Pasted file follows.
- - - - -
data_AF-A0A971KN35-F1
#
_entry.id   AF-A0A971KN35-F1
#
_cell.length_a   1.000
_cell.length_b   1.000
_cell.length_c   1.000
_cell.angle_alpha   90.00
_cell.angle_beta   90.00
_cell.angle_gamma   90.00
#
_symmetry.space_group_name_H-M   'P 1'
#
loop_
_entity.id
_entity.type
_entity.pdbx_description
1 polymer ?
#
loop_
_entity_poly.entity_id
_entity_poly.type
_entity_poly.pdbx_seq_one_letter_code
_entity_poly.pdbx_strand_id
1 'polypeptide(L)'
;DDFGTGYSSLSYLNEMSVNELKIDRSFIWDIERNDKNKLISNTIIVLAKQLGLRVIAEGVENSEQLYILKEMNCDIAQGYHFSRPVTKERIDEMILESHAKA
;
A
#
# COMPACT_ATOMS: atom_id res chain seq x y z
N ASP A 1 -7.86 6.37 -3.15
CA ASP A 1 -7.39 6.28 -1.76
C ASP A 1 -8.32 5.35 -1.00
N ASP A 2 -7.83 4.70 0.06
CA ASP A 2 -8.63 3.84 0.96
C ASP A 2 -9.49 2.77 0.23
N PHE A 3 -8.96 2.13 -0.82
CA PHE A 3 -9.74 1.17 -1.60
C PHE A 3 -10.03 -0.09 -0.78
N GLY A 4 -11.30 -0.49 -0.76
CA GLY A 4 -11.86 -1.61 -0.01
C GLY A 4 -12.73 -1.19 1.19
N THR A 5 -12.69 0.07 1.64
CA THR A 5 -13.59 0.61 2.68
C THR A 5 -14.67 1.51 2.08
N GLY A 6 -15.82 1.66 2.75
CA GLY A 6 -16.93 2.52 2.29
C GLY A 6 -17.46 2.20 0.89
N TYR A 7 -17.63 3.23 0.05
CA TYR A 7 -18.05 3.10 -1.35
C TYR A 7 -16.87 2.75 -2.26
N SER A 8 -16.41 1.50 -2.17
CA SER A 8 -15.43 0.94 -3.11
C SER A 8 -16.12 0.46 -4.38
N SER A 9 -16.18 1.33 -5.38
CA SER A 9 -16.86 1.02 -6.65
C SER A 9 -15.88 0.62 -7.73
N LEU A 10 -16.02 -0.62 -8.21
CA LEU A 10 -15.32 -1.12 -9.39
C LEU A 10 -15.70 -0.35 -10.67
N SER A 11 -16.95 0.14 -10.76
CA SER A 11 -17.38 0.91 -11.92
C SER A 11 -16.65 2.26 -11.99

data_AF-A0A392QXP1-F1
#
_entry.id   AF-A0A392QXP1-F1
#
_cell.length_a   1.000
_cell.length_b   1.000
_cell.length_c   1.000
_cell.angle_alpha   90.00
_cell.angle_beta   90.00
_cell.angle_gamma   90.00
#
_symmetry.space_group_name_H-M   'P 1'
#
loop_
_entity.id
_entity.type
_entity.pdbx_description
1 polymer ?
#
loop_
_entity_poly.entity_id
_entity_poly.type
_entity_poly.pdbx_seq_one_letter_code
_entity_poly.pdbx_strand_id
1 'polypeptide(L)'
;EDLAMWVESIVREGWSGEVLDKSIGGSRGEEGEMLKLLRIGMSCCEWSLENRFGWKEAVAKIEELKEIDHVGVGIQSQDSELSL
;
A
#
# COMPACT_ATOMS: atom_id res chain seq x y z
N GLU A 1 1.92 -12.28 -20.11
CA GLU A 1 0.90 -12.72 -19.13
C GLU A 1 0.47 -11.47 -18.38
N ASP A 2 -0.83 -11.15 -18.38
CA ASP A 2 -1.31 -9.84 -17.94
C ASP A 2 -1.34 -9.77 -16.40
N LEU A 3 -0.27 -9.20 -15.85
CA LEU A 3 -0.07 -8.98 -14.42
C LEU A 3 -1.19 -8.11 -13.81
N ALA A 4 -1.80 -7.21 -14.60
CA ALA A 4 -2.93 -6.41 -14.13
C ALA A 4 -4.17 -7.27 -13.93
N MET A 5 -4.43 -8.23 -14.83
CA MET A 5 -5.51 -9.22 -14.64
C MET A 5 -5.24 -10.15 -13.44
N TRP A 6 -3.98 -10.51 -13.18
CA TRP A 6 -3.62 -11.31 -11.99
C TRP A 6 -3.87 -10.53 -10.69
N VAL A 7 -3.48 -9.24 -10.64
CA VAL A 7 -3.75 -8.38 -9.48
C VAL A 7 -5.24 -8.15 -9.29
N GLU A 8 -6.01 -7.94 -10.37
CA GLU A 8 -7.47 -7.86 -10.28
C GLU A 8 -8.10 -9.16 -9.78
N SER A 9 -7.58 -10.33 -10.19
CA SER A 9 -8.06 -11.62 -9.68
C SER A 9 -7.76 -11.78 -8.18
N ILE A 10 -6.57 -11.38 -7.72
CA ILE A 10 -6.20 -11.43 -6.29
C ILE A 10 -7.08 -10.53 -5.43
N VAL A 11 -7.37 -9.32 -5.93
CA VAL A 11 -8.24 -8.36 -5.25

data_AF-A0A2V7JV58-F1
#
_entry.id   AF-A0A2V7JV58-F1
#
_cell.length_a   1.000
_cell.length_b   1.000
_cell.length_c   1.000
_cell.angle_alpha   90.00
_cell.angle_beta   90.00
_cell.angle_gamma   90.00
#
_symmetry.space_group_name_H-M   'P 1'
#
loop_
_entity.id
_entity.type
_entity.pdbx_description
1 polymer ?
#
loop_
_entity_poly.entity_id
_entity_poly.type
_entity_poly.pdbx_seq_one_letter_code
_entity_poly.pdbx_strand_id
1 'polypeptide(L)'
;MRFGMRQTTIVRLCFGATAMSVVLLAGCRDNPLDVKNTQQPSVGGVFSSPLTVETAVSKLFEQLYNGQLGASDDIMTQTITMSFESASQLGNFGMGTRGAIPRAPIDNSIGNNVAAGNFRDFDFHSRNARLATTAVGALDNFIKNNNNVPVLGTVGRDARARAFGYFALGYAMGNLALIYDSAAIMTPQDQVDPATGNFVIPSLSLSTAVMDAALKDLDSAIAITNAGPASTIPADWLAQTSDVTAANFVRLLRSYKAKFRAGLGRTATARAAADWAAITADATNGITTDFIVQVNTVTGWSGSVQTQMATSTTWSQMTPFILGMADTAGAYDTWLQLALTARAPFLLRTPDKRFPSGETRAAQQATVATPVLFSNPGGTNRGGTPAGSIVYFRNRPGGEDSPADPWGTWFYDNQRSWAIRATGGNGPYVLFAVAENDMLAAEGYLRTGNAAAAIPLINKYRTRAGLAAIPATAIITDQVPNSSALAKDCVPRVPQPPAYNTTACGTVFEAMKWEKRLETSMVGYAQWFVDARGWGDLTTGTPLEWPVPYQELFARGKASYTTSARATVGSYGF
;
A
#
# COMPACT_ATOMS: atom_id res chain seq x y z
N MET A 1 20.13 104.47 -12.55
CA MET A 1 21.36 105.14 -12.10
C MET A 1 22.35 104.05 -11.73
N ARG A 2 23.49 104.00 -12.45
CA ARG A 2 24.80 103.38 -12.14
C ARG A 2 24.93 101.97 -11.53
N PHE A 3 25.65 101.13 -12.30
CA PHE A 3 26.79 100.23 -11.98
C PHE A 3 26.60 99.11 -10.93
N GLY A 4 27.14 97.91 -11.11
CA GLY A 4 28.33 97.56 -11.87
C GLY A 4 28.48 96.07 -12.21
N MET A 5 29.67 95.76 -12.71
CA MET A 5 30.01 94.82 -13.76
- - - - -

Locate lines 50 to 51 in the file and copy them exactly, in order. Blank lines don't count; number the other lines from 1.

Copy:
CA TYR A 7 -18.05 3.10 -1.35
C TYR A 7 -16.87 2.75 -2.26